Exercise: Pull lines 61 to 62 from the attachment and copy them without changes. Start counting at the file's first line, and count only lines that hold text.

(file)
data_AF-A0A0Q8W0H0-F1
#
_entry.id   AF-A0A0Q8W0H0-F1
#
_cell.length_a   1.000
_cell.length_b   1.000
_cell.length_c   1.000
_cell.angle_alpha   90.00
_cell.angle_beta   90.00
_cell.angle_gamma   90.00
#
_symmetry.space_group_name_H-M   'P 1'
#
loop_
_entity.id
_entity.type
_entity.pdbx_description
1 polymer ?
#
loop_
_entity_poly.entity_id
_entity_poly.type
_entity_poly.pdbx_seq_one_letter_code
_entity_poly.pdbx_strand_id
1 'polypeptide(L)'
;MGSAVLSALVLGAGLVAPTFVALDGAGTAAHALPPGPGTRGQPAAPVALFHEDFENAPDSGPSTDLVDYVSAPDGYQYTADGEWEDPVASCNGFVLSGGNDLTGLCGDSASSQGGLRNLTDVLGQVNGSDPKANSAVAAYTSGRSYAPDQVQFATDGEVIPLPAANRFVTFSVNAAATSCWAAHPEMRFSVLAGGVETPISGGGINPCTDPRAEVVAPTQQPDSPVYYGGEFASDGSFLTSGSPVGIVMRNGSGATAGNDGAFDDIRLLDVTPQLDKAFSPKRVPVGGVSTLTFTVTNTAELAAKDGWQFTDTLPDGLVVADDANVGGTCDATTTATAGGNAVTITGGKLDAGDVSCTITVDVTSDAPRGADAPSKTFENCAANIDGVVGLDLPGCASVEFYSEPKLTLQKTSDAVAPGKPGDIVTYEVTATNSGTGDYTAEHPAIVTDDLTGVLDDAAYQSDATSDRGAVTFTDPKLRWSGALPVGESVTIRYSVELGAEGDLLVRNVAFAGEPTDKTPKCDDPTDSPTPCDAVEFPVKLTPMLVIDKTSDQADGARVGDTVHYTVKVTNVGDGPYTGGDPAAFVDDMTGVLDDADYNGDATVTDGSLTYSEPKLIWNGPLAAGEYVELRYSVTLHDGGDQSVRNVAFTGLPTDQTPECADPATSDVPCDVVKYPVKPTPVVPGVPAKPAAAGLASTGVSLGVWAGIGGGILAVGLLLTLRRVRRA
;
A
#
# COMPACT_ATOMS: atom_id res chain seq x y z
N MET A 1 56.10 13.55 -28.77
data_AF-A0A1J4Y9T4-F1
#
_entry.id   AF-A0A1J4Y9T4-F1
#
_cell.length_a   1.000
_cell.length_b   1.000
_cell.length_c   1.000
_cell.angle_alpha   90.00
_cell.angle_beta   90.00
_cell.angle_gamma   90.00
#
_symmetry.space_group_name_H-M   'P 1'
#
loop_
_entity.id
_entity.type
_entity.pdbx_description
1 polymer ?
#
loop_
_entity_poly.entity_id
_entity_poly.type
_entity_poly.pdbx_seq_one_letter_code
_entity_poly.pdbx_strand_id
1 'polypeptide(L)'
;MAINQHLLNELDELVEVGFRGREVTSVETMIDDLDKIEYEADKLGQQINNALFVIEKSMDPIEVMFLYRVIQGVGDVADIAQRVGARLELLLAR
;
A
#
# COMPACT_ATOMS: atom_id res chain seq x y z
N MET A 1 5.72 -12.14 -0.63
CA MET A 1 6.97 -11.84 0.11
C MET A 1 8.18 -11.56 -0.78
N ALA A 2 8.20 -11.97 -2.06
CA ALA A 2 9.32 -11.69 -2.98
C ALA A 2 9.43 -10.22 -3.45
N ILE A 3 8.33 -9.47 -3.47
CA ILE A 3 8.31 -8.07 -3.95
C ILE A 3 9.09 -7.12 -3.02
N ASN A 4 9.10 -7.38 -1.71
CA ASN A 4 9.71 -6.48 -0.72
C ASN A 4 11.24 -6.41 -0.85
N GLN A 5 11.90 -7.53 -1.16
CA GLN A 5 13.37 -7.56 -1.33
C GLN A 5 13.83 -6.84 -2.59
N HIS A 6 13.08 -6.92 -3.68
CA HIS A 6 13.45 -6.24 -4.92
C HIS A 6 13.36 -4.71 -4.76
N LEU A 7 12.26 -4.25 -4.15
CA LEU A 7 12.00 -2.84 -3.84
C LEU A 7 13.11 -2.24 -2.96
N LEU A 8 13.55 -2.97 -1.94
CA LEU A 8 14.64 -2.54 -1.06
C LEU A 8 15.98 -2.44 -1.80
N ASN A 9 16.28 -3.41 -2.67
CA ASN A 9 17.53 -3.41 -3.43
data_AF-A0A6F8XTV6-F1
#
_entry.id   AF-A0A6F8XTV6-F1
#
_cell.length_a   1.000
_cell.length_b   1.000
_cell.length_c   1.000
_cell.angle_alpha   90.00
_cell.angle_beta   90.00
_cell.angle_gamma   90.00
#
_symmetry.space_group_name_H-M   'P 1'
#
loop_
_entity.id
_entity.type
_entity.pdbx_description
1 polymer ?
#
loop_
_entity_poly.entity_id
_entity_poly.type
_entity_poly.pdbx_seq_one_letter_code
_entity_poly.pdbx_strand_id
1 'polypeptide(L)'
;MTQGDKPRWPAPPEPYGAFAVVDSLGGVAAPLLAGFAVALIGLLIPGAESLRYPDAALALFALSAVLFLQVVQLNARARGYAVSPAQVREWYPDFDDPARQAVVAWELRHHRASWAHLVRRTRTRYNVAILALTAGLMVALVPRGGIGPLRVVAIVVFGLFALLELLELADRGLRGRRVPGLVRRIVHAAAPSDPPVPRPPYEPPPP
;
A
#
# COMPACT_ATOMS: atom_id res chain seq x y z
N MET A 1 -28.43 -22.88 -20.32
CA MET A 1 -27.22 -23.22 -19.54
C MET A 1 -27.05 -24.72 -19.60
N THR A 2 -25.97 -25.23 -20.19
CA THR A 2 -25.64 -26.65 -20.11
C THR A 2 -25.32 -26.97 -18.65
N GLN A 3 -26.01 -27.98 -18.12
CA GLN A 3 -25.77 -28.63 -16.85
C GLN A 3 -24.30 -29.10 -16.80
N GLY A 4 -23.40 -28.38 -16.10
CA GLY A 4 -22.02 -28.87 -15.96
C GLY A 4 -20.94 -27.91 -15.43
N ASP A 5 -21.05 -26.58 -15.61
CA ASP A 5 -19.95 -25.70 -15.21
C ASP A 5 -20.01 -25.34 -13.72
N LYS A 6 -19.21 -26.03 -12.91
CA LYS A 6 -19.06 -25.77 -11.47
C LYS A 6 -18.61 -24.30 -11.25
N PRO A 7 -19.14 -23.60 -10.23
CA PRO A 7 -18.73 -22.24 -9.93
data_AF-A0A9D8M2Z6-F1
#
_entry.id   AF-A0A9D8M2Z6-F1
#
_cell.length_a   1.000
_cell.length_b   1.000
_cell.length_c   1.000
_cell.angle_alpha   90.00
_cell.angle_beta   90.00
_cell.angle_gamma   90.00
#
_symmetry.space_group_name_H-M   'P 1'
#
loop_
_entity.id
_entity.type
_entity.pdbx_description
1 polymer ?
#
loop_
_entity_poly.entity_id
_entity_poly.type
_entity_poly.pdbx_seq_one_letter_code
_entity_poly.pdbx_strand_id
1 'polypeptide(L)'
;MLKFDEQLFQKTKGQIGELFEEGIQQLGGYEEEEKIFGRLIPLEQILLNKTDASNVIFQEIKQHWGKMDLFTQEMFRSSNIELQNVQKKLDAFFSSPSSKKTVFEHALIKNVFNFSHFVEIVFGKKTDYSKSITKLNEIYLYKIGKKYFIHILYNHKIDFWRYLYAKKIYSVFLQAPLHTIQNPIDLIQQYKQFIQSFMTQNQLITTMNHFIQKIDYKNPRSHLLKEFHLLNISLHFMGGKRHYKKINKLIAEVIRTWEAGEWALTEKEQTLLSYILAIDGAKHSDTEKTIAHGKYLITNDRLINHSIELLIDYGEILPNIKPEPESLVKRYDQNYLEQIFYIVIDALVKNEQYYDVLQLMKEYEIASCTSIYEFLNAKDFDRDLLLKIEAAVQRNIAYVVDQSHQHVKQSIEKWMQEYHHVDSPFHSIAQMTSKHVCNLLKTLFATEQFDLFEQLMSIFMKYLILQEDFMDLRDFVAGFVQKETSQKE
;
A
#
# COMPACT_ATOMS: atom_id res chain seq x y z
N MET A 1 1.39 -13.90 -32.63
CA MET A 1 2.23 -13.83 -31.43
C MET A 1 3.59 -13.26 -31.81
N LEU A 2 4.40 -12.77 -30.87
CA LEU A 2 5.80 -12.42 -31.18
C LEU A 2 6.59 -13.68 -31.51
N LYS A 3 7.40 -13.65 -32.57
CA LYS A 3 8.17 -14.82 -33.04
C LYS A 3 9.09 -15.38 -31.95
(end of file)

# COMPACT_ATOMS: atom_id res chain seq x y z
N MET A 1 5.72 -12.14 -0.63